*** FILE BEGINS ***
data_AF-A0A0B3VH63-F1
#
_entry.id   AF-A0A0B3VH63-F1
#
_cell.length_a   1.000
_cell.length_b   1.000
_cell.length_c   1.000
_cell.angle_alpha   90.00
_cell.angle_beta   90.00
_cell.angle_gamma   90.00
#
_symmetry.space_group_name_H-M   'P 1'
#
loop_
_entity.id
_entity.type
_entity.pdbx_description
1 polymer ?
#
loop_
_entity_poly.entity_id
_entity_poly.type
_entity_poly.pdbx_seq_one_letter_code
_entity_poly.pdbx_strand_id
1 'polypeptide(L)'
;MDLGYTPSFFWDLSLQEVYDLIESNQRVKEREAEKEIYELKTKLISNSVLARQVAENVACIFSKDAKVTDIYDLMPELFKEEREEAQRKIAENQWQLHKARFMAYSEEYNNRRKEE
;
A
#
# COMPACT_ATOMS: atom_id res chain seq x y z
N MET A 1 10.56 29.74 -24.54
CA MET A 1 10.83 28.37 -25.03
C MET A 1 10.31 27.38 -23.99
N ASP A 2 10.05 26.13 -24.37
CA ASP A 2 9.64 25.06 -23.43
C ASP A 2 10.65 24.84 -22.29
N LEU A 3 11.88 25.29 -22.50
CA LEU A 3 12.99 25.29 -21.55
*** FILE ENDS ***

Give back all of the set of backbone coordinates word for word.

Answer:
data_AF-A0A0B3VH63-F1
#
_entry.id   AF-A0A0B3VH63-F1
#
_cell.length_a   1.000
_cell.length_b   1.000
_cell.length_c   1.000
_cell.angle_alpha   90.00
_cell.angle_beta   90.00
_cell.angle_gamma   90.00
#
_symmetry.space_group_name_H-M   'P 1'
#
loop_
_entity.id
_entity.type
_entity.pdbx_description
1 polymer ?
#
loop_
_entity_poly.entity_id
_entity_poly.type
_entity_poly.pdbx_seq_one_letter_code
_entity_poly.pdbx_strand_id
1 'polypeptide(L)'
;MDLGYTPSFFWDLSLQEVYDLIESNQRVKEREAEKEIYELKTKLISNSVLARQVAENVACIFSKDAKVTDIYDLMPELFKEEREEAQRKIAENQWQLHKARFMAYSEEYNNRRKEE
;
A
#
# COMPACT_ATOMS: atom_id res chain seq x y z
N MET A 1 10.56 29.74 -24.54
CA MET A 1 10.83 28.37 -25.03
C MET A 1 10.31 27.38 -23.99
N ASP A 2 10.05 26.13 -24.37
CA ASP A 2 9.64 25.06 -23.43
C ASP A 2 10.65 24.84 -22.29
N LEU A 3 11.88 25.29 -22.50
CA LEU A 3 12.99 25.29 -21.55